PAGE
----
By David Caplan
It’s that time of year again in New York City. We’ve got high temperatures, high humidity and millions of citizens sweltering in the street. Throw in thousands of cars, trucks, buses and a landscape incased in concrete and things can really heat up.
But nothing compares to the New York City heatwave of 1896. For a period of 10 days temperatures sizzled well into the nineties, humidity hovered above 90 percent and the thermometer never went below 70 at night. 1300 people died in what many consider to be one the least chronicled urban natural disasters in American history. Teddy Roosevelt, the 37 year old President of the Board of Police commissioners, remarked that “the heated term was the worst and most fatal we have ever known”. Most of the casualties were poor working class while the mercury hit 120 degrees and above in the many overcrowded tenements.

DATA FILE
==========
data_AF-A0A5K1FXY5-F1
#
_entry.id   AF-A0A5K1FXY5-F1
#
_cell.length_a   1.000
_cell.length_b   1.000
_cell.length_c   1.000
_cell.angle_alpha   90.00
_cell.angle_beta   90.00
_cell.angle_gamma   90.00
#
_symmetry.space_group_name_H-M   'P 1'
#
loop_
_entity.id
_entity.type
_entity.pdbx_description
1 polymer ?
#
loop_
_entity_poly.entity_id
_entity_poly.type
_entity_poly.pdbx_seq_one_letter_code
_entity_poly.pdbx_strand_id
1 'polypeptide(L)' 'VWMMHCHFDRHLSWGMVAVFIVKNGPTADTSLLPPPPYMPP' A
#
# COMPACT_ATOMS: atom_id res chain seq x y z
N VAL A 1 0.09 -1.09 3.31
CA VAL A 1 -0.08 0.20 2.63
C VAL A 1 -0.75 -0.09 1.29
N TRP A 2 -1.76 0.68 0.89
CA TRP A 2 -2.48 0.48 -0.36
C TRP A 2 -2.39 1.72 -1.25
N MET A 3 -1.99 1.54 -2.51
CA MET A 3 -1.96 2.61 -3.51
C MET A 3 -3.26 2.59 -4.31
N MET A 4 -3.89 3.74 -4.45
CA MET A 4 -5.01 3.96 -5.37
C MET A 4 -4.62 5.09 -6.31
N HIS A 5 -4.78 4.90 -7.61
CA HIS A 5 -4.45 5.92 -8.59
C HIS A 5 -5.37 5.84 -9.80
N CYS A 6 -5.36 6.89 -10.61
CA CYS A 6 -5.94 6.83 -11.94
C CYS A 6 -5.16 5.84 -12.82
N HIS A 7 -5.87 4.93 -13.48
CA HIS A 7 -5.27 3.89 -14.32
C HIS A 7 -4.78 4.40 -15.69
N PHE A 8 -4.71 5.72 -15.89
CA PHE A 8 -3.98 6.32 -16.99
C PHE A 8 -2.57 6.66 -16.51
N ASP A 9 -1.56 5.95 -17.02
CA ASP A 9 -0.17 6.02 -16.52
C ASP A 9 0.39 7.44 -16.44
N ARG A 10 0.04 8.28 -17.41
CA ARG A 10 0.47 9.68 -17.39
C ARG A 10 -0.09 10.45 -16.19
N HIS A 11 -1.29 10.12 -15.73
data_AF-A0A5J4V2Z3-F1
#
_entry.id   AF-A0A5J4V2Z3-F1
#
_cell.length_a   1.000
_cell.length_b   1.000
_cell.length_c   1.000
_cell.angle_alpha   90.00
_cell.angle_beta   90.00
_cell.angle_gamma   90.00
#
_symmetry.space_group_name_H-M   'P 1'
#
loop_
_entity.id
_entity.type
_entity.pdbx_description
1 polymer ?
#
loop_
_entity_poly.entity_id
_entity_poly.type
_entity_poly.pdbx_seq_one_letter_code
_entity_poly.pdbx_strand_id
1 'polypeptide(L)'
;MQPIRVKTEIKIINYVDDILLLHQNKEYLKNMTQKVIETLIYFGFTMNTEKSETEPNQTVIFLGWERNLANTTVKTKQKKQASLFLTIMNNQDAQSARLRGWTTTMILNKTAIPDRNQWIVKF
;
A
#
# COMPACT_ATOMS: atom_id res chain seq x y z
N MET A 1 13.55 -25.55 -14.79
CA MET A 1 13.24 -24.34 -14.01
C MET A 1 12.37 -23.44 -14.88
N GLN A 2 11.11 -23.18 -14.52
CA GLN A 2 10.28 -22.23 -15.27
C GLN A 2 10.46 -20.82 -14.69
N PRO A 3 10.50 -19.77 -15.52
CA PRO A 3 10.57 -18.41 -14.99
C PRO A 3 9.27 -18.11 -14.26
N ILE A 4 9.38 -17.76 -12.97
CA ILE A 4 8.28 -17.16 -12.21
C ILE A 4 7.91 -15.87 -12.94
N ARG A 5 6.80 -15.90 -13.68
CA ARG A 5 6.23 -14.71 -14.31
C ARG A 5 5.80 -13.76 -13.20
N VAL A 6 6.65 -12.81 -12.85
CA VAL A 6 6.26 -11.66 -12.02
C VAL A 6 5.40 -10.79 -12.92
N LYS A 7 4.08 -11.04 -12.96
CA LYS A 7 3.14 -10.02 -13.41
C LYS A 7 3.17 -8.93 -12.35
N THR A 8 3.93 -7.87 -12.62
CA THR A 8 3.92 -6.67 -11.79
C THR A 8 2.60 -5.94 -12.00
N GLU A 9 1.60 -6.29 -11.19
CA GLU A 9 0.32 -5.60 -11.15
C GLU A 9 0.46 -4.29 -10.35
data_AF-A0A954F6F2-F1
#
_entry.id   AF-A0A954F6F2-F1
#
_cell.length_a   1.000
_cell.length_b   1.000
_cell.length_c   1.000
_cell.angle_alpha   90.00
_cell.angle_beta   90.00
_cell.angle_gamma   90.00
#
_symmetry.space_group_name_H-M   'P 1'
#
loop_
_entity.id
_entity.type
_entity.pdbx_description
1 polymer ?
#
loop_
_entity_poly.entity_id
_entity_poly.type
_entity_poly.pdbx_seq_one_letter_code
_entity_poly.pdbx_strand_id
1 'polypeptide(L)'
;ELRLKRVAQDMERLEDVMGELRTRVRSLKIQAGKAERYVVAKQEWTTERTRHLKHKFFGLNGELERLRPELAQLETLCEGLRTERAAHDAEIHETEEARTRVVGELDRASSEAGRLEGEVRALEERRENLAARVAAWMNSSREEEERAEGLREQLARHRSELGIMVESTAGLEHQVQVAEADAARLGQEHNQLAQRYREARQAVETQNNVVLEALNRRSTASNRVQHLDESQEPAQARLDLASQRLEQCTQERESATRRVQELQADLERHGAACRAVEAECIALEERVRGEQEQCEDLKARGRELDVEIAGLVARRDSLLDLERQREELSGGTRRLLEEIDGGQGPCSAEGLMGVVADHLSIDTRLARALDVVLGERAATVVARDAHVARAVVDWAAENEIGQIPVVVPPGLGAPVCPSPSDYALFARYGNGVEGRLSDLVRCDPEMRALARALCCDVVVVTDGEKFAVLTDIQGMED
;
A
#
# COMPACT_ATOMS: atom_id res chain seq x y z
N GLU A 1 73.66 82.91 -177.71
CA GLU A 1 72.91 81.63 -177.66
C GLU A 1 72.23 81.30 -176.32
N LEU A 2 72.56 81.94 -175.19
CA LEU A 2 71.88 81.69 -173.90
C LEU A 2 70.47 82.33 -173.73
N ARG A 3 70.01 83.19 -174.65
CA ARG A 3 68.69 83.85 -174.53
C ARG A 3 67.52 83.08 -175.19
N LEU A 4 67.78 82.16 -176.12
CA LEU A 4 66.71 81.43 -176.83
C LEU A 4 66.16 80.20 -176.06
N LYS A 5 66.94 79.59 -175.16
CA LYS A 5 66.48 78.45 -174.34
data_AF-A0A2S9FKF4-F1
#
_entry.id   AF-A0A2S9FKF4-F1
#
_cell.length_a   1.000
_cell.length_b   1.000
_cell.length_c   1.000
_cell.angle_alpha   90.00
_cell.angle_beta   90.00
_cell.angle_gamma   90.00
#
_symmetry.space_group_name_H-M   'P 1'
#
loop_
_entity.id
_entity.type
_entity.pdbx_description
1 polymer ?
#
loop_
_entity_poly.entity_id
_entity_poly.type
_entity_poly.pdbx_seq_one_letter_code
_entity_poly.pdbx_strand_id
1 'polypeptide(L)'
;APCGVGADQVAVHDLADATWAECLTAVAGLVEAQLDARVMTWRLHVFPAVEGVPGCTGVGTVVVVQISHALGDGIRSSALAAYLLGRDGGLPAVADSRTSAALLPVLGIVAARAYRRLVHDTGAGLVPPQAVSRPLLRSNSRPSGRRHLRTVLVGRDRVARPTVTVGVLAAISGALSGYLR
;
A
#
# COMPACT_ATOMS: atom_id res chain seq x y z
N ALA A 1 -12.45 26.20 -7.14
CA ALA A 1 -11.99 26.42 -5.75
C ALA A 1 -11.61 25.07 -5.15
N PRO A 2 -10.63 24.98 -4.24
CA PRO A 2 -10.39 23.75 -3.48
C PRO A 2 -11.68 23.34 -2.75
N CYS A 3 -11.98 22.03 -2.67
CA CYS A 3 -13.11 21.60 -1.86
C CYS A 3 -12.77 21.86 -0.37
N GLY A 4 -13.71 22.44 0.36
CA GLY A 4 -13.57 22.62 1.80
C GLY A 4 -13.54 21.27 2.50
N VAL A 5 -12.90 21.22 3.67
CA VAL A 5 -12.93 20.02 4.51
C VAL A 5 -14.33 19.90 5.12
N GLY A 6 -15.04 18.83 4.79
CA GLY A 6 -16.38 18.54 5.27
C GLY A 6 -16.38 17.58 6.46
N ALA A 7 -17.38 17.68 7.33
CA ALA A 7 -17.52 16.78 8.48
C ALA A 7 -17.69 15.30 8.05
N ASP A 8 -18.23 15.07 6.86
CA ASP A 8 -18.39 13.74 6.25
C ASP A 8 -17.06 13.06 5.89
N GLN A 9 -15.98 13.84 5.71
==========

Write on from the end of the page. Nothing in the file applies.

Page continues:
Through the years New Yorkers have found many ways to cool off from the heat. Opening a fire hydrant or taking a ride on the train to Coney Island to take a refreshing dip in the Atlantic Ocean are two popular choices. Before air conditioning became available to the masses, a trip to the movies would provide a respite from the heat for many. Another option to cool off is by visiting one of the 55 public pools in the city.
If you are visiting New York and want a break from the heat, your best bet is to escape the concrete jungle and head out to the water. New York City is almost completely surrounded by water and taking a trip on a boat is the most refreshing and exciting way to see the city. Hop on an iconic New York Water Taxi at any of our 6 locations in Manhattan and Brooklyn, bring an ice cold drink up to the top deck and chill out.
Last blog’s trivia answer-Flatiron is at 23rd st and 5th ave.
Last blog’s mystery photo-French Frigate Hermione
Trivia question-Where was the original Waldorf Astoria?